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Spectrum of uncertainty
A high degree of uncertainty due to fluid circumstances in the Middle East are the latest in a series of challenges in terrorism and political risk management, says Marc Jones
For the terrorism insurance market 2014 has so far been something of a Curate’s Egg – good in parts, bad in others. On the one hand there have been no recent attacks in Western Europe or the USA. However, on the other hand the Middle East has seen the Syrian Civil War continue, whilst the fissures of political and sectarian division have dramatically widened in Iraq.
The terrorism insurance market has been doing its best to focus on recent developments and react accordingly. However, the first half of 2014 saw the unexpected and rapid rise of the Sunni terrorist group Islamic State in Syria (ISIS), which has now changed its name simply to the Islamic State (IS) and which now holds large parts of Eastern Syria and Western and North-West Iraq.
However, this development seems to have taken many people by surprise and it remains to be seen how it will influence the terrorism insurance market, as both Iraq and Syria are not at the moment countries with high levels of insurance cover due to past unrest.
“The recent rise of ISIS has not to our knowledge created losses in the market, but it has certainly focused the mind of underwriters,” Kerri O’Dwyer, political violence underwriter, political risks and contingency at Beazley Group, told us. “The placement of risks in the region has become more challenging in an area that already had limited capacity. The speed at which ISIS has managed to gain control of areas has surprised many. In addition the reach of their message through social media means the threat of ISIS worldwide (and not just in the Middle East) cannot be overlooked.”
Any increase in terrorist activity is obviously not something that the insurance industry likes to hear about. Although there have been a high number of relatively small attacks over the past decade, along with a number of attempted attacks that were stopped by various national security services, there has not been a major incident since the events of 9/11.
“The terrorism insurance market has been fairly flat since 2004,” says Will Farmer, senior underwriter, crisis management at Catlin. “Immediately after 9/11 there was an obvious spike. There was an increased focus from banks on property. However, as far up as the level of the boardroom, people’s memories can be quite short.”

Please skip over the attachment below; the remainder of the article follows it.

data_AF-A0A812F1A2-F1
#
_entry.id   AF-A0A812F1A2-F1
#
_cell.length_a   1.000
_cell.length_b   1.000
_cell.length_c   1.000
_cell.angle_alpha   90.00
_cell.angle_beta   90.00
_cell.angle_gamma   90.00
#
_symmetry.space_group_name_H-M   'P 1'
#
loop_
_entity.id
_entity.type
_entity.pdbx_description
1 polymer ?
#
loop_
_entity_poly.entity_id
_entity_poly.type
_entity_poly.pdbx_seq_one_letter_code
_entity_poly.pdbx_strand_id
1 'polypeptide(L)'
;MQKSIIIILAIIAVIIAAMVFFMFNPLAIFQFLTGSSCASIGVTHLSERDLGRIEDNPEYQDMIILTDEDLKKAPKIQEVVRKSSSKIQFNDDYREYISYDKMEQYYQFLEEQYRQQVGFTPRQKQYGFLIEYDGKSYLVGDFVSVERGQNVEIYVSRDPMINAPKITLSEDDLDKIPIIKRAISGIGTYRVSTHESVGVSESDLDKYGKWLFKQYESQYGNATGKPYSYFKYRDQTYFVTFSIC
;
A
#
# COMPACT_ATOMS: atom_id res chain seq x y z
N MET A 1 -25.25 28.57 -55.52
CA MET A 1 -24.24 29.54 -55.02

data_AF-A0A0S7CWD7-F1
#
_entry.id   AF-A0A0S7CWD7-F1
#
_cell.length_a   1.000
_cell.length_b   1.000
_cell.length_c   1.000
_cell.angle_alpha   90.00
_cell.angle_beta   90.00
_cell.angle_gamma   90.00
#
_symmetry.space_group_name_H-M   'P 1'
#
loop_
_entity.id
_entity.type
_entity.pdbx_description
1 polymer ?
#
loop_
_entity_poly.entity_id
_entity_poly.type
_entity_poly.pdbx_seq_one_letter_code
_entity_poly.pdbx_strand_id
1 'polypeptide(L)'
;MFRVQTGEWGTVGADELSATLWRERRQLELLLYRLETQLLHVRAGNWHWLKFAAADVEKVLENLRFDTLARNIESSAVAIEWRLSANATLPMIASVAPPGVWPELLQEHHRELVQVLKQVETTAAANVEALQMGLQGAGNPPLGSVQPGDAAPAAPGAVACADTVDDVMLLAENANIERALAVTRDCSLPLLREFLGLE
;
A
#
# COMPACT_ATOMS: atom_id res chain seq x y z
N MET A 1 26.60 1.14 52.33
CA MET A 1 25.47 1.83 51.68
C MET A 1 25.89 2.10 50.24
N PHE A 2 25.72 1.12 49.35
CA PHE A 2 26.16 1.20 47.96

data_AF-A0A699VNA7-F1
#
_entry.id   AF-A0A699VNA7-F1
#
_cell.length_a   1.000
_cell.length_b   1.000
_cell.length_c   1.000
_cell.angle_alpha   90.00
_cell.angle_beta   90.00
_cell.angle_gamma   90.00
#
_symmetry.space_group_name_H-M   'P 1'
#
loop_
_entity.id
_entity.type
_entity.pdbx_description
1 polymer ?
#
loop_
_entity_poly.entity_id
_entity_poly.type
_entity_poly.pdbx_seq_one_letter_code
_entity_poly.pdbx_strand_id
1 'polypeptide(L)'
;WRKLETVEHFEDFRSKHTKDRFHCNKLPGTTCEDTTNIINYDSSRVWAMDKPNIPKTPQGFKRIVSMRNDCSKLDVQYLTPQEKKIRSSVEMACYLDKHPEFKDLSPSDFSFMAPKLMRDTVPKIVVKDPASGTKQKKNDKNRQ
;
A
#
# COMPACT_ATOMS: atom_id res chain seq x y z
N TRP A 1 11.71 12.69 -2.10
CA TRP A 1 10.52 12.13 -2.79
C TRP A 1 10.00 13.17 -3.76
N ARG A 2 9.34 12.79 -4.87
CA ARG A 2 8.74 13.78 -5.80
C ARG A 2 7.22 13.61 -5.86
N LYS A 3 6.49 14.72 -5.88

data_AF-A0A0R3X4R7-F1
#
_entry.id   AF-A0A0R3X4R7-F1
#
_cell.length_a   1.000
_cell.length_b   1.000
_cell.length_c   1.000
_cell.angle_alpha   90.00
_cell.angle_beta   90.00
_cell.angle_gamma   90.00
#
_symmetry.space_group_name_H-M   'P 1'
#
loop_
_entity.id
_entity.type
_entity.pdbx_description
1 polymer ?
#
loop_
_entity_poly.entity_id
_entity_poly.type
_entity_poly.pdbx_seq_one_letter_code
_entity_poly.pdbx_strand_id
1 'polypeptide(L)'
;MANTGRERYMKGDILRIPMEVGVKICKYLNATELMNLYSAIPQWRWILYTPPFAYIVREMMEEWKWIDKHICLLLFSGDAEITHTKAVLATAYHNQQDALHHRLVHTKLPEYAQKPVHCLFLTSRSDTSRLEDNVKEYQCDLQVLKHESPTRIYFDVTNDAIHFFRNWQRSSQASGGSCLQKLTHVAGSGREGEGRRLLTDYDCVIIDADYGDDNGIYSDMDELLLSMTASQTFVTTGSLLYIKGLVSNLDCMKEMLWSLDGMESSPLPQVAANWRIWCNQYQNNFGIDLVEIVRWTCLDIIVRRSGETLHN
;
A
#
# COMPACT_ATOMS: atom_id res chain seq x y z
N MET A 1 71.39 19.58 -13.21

Farmer points out that a number of country pools developed in recent years have relieved pressure on insurance cover. “In the past year there has been an increased focus on this in the USA, due to the Terrorism Risk Insurance Act. This is not a permanent act. It’s been extended a few times and is due to expire in December of this year. There’s still a lot of uncertainty [as to whether] it will be extended again. The US Senate has passed legislation on it, but it hasn’t passed the House yet.”
Unpredictability is not something that insurers like to see, for obvious reasons. And uncertainty over something as important as TRIA is not helpful. The political deadlock in the US Congress has led to a number of issues, including TRIA, stalling. In July this year, the US Senate voted to renew the act for another seven years on an overwhelming and bipartisan 93-4 vote. However, the House of Representatives did not vote on their own version of the same bill before they broke up for the Summer recess, despite widespread calls from insurers and business executives for the legislation to be passed as quickly as possible.
Ratings agency AM Best announced at the end of July that it was keeping a close eye on developments surrounding TRIA. AM Best said that while both the Senate and House bills mark substantial progress towards extending TRIA, there were still issues that remain to be addressed. AM Best said that while their introduction signals bipartisan support to extend the federal backstop, both bills increase the insurance industry’s liability. Further, it stated in a briefing note, that “neither provides a permanent solution of risk sharing between the private sector and the federal government for insuring terrorism risks”.